Last week the European Union and the United States signed what has become known as an 'Umbrella Agreement', aimed at extending the judicial redress protections before the US courts to individuals living within the EU. This is intended to put EU citizens on equal footing with US citizens with regard to these judicial redress rights. The agreement, which was originally concluded on September 8th of last year, follows several discussions and will undoubtedly prove to be a very important step in improving the privacy of EU citizens' data.
As stated by Ard van der Steur, Dutch Minister for Security and Justice: "This agreement symbolises the values the United States and the European Union share. It will improve cooperation between US and European law enforcement authorities when combating serious crime and terrorism."
The agreement imposes a number of obligations on both signatory bodies. Amongst these are obligations to make provisions providing clear limitations on data use, obtain prior consent before any onward transfer of data and outline and define appropriate retention periods. Importantly, it also ensures that data cannot be passed on to third countries or organisations without prior consent.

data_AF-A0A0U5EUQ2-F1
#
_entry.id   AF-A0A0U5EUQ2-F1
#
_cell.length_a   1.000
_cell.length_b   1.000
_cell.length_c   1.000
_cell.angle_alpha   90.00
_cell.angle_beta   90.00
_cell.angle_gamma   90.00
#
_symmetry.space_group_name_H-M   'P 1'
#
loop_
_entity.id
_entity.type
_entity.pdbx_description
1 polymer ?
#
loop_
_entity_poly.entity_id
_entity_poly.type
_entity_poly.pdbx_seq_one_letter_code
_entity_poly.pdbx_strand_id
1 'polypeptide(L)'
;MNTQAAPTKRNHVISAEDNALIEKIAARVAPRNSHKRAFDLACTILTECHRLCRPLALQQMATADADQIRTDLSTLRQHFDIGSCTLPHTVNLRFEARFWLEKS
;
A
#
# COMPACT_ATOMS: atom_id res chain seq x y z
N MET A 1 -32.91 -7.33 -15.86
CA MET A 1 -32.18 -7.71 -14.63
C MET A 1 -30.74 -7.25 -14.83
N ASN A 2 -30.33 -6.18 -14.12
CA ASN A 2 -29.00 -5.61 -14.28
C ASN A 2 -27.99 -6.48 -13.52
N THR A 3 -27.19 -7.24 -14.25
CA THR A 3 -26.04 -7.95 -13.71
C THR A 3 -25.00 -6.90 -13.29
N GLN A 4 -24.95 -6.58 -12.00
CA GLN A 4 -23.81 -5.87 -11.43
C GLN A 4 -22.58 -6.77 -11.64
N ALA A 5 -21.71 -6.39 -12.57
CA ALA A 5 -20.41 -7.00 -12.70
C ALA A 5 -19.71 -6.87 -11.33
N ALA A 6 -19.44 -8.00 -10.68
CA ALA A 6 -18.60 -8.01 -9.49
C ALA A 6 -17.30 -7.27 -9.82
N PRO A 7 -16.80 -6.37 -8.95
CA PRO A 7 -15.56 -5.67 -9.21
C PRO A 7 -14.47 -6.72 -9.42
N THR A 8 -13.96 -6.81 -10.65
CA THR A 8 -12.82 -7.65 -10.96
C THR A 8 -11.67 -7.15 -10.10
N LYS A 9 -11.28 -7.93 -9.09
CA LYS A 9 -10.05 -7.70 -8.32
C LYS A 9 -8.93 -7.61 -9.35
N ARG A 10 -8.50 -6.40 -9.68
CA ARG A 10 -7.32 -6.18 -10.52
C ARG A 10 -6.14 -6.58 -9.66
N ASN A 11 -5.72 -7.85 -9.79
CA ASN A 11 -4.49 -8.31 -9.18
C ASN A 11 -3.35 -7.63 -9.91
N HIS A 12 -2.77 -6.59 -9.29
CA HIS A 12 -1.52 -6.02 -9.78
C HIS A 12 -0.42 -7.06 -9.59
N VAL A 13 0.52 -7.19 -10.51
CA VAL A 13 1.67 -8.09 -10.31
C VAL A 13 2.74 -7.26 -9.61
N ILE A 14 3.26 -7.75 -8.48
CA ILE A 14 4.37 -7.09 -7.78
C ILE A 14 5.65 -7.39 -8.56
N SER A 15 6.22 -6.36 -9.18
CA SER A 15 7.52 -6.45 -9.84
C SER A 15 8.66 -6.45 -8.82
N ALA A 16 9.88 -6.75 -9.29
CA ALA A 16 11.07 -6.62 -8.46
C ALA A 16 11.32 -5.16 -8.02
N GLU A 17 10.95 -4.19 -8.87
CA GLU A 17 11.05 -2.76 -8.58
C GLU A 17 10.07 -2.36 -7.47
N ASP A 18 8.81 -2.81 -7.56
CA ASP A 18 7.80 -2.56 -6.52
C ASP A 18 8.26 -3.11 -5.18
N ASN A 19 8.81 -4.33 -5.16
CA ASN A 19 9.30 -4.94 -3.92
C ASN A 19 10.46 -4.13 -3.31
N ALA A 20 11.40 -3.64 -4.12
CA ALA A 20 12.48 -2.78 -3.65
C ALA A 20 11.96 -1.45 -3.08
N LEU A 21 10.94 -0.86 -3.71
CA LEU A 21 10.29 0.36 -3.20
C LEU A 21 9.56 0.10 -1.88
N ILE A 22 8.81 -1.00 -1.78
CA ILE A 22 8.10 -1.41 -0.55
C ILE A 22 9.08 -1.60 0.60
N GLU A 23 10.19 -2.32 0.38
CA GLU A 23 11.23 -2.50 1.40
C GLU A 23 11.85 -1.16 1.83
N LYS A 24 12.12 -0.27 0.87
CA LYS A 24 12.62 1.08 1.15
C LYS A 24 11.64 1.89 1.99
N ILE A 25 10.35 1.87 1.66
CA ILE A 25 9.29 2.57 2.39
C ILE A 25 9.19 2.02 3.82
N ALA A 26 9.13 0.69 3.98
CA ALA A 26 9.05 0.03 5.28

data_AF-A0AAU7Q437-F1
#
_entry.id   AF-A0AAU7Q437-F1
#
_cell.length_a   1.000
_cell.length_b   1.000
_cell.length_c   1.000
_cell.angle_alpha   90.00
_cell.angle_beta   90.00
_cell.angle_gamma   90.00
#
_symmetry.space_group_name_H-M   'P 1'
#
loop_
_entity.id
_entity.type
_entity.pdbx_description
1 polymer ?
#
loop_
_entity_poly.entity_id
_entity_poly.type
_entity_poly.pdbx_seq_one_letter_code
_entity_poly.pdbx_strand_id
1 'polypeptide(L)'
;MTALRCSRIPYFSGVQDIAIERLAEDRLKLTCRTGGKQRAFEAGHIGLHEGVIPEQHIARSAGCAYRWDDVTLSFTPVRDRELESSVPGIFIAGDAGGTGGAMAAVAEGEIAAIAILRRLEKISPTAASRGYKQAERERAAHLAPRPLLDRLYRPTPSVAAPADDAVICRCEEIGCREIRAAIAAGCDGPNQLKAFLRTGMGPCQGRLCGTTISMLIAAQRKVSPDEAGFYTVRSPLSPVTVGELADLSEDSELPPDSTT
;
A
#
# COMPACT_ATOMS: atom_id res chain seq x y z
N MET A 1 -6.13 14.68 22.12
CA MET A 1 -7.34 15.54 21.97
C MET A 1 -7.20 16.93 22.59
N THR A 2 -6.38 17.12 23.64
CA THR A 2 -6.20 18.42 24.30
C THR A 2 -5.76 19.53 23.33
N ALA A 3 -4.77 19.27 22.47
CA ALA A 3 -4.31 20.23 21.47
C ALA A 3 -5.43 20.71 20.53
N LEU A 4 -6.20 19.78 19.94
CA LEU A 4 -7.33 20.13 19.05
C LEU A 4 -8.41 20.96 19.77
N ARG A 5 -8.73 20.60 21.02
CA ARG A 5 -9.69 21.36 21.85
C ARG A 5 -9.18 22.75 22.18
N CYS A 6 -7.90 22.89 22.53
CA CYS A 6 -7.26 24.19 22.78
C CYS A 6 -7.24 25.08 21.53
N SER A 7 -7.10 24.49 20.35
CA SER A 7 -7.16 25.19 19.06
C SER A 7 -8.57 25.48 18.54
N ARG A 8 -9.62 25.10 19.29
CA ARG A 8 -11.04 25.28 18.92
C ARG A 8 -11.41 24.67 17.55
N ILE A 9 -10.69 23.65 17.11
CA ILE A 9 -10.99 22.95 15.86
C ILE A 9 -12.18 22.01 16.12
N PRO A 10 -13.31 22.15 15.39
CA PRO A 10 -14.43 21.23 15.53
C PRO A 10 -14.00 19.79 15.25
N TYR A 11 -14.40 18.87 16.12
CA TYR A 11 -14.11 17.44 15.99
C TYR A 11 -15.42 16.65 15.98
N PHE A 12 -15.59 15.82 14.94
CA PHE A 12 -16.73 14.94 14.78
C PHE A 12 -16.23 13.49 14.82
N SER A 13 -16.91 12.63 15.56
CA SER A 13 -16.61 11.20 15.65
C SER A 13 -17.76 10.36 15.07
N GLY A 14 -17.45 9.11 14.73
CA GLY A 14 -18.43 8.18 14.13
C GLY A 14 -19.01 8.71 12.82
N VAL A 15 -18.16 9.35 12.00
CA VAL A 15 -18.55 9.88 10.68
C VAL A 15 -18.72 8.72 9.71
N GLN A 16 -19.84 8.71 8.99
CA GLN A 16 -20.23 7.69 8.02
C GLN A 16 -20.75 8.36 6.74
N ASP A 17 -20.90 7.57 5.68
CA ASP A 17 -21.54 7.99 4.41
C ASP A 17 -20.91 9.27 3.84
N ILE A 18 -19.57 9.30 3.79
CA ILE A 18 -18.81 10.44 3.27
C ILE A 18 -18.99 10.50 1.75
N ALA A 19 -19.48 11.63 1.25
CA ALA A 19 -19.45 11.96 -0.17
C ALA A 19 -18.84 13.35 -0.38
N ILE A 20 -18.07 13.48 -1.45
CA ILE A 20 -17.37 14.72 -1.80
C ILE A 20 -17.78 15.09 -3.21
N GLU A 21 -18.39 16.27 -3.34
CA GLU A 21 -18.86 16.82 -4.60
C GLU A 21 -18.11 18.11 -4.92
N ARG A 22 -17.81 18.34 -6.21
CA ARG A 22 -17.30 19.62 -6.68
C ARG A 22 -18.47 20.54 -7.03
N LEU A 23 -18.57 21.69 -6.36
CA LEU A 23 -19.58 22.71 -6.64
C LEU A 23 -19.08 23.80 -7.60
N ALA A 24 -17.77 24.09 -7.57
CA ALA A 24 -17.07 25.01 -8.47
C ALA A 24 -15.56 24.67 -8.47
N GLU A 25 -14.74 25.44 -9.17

It also includes rights for data subjects to access and rectify their data, and obligations to notify of any breach in relation that data. This, therefore, puts in place a comprehensive high-level data protection framework for criminal law enforcement operations which covers all data of a personal nature exchanged between the police and criminal law enforcement authorities in both territories. In practice it will govern the likes of the exchange of criminal records, names and addresses.
The so-called 'Umbrella Agreement' had been made conditional by the European Commission on the US Congress' passing of the Judicial Redress Act, giving EU citizens the right to challenge how their data is used in US courts. As anticipated, the Act passed in February of this year.
Although it has been signed by US Attorney General, Loretta Lynch (on behalf of the US) and Dutch Minister van der Steur and European Commissioner for Justice, Vĕra Jourová (on behalf of the EU), before it can take effect it must be approved by the European Parliament and adopted by EU member state governments represented in the European Council.